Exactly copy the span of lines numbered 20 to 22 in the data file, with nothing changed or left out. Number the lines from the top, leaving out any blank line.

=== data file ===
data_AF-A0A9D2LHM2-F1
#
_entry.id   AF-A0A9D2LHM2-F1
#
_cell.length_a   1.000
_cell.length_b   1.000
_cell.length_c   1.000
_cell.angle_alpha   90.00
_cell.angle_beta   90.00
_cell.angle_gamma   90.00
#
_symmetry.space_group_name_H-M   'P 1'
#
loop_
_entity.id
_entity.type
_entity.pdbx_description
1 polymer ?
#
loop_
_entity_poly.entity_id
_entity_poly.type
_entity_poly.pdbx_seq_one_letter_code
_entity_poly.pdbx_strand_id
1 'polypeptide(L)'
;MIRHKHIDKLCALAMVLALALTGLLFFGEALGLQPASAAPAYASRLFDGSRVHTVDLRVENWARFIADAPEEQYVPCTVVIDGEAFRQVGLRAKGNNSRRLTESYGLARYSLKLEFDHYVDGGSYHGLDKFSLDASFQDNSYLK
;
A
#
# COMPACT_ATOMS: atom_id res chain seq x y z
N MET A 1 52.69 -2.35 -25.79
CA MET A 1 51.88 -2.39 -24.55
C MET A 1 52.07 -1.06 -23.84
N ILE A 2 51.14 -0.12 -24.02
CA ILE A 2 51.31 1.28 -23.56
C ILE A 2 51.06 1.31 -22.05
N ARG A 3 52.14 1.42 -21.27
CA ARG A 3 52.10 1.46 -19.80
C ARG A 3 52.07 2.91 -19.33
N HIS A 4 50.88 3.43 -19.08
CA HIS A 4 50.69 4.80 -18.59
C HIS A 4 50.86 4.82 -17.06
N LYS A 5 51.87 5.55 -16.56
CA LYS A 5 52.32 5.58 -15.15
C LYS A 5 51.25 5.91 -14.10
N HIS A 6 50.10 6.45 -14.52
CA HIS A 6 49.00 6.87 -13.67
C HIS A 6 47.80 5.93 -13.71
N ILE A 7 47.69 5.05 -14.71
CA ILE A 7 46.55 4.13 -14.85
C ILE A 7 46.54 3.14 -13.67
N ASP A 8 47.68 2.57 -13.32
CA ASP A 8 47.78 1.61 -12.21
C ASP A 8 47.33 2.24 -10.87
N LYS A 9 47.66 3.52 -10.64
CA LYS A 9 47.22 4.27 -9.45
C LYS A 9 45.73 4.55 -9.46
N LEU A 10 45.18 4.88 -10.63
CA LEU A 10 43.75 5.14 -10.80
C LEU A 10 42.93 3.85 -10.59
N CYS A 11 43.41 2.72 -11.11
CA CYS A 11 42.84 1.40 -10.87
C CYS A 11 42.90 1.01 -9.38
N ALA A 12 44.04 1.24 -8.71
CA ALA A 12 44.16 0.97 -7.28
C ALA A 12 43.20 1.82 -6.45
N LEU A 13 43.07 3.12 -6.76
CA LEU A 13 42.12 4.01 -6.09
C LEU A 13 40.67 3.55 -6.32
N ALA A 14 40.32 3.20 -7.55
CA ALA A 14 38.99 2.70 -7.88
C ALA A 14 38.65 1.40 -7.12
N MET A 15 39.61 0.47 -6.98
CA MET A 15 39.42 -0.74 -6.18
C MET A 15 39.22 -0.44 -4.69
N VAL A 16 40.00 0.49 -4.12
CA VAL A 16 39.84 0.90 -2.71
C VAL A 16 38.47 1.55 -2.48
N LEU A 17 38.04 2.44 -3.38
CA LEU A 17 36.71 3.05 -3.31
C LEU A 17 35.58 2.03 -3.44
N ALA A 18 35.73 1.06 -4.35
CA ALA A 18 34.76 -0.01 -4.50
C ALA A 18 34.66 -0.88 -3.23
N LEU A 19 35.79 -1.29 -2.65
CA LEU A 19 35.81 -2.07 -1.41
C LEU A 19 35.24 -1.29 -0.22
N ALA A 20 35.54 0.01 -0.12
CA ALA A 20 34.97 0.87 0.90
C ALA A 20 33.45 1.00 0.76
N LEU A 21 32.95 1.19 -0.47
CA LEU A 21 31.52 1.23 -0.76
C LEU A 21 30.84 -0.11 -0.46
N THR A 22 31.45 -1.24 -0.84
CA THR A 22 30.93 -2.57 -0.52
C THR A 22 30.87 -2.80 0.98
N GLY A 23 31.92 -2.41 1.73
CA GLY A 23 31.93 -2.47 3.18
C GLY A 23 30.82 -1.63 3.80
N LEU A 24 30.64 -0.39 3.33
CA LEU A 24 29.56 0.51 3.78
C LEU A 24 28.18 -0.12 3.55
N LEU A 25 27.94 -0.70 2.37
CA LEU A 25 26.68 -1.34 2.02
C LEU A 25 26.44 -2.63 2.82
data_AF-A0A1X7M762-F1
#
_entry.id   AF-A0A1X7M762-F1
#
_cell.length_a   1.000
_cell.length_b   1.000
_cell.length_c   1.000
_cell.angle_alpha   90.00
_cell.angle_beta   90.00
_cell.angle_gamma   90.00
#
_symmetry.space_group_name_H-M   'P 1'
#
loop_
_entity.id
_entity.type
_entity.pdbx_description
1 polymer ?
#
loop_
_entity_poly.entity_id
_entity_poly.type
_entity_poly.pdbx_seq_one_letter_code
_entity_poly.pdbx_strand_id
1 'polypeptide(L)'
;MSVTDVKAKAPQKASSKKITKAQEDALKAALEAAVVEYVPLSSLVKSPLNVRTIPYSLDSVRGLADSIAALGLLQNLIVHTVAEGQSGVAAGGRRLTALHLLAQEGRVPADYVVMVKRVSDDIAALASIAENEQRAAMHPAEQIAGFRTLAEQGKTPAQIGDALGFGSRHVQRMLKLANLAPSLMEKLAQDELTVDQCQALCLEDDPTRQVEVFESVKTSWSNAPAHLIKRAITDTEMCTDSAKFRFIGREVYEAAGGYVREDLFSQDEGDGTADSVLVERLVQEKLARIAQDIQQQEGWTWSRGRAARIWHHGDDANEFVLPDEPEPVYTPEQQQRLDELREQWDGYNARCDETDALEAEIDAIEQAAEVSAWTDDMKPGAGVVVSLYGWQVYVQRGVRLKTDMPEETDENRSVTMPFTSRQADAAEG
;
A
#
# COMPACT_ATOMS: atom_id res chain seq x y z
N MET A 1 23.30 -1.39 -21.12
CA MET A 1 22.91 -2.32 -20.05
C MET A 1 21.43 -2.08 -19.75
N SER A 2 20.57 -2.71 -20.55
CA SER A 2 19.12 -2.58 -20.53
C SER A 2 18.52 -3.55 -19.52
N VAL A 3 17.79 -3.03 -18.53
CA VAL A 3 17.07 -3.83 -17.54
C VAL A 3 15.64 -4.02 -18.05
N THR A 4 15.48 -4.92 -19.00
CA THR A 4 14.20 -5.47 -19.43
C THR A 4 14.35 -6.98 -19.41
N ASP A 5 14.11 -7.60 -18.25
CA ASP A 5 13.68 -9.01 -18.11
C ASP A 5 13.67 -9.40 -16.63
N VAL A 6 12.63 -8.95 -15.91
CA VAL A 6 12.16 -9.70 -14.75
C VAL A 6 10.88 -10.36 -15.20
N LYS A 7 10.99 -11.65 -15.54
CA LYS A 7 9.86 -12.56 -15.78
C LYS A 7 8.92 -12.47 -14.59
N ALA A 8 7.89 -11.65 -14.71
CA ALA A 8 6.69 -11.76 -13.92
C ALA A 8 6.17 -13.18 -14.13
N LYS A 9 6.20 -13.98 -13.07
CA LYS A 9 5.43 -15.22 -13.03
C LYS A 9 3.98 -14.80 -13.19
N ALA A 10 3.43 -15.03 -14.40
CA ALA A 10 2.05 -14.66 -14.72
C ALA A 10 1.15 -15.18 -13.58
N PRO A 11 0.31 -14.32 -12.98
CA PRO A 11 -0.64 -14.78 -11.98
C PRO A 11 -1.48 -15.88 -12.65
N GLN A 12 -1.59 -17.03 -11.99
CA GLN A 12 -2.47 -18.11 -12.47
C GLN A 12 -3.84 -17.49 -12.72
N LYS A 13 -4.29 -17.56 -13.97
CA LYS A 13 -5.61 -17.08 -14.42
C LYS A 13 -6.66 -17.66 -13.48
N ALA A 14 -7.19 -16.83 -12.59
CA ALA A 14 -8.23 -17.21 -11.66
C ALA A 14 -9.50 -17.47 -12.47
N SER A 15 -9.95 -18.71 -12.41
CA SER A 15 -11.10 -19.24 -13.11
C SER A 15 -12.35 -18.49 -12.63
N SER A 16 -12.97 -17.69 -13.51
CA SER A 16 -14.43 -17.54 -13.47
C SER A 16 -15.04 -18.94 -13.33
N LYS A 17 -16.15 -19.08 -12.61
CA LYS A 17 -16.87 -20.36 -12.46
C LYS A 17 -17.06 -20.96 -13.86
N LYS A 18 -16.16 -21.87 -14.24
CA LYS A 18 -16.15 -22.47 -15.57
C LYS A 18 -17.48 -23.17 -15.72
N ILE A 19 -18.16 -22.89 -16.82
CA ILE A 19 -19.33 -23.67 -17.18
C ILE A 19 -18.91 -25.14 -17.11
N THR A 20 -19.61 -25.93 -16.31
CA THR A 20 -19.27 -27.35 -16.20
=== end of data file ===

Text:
loop_
_entity_poly.entity_id
_entity_poly.type